Background: Acetyl-CoA is a key molecule in all organisms, implicated in several metabolic pathways as well as in transcriptional regulation and post-translational modification. The human pathogen Toxoplasma gondii possesses at least four enzymes which generate acetyl-CoA in the nucleo-cytosol (acetyl-CoA synthetase (ACS); ATP citrate lyase (ACL)), mitochondrion (branched-chain α-keto acid dehydrogenase-complex (BCKDH)) and apicoplast (pyruvate dehydrogenase complex (PDH)). Given the diverse functions of acetyl-CoA, we know very little about the role of sub-cellular acetyl-CoA pools in parasite physiology. Results: To assess the importance and functions of sub-cellular acetyl-CoA-pools, we measured the acetylome, transcriptome, proteome and metabolome of parasites lacking ACL/ACS or BCKDH. We demonstrate that ACL/ACS constitute a synthetic lethal pair. Loss of both enzymes causes a halt in fatty acid elongation, hypo-acetylation of nucleo-cytosolic and secretory proteins and broad changes in gene expression. In contrast, loss of BCKDH results in an altered TCA cycle, hypo-acetylation of mitochondrial proteins and few specific changes in gene expression. We provide evidence that changes in the acetylome, transcriptome and proteome of cells lacking BCKDH enable the metabolic adaptations and thus the survival of these parasites. Conclusions: Using multi-omics and molecular tools, we obtain a global and integrative picture of the role of distinct acetyl-CoA pools in T. gondii physiology. Cytosolic acetyl-CoA is essential and is required for the synthesis of parasite-specific fatty acids. In contrast, loss of mitochondrial acetyl-CoA can be compensated for through metabolic adaptations implemented at the transcriptional, translational and post-translational level.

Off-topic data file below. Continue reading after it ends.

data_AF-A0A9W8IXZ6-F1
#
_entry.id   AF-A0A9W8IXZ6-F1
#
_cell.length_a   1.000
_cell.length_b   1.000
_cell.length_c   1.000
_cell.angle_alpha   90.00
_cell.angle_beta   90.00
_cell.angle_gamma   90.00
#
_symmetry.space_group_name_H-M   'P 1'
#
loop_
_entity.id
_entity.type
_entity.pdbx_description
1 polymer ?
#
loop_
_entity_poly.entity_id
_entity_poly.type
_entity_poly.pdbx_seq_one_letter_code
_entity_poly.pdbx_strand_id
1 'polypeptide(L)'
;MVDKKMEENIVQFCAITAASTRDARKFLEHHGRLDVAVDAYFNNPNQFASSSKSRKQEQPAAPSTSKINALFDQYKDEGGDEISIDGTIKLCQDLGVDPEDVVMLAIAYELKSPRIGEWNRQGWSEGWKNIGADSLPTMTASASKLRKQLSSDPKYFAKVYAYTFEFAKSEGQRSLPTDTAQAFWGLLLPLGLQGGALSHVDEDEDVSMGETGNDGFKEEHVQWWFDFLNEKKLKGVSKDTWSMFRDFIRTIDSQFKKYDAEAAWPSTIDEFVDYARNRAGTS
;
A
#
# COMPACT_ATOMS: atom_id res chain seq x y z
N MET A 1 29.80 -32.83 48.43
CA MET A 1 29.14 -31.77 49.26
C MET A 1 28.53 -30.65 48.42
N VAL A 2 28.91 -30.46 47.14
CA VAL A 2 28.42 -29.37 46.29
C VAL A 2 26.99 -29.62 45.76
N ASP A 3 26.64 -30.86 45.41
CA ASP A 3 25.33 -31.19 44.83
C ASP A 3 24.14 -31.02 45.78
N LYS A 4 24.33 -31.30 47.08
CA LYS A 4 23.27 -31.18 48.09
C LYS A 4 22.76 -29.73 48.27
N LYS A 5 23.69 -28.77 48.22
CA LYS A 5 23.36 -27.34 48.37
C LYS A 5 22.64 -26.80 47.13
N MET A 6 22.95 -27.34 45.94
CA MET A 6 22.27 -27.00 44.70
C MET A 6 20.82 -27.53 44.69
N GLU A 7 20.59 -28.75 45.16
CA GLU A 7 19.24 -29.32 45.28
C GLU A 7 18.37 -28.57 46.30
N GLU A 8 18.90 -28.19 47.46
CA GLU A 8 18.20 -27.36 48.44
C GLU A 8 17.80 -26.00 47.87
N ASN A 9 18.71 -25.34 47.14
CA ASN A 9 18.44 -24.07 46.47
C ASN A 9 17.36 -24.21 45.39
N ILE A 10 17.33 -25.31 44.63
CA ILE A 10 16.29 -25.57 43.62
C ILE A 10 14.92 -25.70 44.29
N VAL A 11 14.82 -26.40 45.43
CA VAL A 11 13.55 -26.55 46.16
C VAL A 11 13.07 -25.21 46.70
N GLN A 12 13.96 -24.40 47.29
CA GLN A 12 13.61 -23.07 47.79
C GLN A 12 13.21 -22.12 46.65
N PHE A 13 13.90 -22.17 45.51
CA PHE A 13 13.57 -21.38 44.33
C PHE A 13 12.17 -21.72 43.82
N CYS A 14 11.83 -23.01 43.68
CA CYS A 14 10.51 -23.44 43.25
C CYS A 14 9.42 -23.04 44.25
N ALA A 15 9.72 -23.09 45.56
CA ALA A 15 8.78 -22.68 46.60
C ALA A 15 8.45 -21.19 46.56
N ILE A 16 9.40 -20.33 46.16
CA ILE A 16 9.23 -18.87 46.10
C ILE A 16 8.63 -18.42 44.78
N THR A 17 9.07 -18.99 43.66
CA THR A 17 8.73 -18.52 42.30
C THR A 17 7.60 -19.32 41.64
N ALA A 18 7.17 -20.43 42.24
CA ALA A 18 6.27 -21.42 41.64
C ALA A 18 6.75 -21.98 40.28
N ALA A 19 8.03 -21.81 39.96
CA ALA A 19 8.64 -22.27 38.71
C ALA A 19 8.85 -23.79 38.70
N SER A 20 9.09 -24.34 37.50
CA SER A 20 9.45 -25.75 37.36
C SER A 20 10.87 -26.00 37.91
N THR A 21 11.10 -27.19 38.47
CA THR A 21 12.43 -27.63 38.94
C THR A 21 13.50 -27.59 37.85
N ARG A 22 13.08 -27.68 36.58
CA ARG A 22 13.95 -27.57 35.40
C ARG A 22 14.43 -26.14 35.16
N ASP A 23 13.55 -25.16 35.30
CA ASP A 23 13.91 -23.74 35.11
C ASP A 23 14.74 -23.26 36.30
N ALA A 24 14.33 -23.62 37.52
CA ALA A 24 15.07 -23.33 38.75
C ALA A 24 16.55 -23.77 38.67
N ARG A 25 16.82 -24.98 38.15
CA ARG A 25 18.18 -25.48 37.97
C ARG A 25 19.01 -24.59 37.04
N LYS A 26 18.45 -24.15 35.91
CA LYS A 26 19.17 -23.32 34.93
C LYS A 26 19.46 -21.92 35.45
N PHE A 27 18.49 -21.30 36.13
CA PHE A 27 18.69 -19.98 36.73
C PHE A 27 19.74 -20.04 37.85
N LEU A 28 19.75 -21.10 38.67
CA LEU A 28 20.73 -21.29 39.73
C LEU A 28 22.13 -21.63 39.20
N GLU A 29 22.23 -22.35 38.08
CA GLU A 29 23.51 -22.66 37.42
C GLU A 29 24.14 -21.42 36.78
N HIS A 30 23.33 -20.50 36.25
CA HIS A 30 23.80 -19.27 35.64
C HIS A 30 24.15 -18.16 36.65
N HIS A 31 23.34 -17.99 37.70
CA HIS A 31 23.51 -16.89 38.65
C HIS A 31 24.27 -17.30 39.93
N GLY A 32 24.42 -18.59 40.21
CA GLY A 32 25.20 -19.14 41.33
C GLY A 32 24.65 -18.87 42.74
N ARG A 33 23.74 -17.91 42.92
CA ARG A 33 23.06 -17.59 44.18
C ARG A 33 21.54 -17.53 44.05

- Acetyl-CoA synthetase (ACS)
- ATP citrate lyase (ACL)
- Branched-chain α-keto acid dehydrogenase-complex (BCKDH)
- Formate/nitrite transporter (FNT)
- Phosphoenolpyruvate carboxykinase (PEPCK)
- Toxoplasma gondii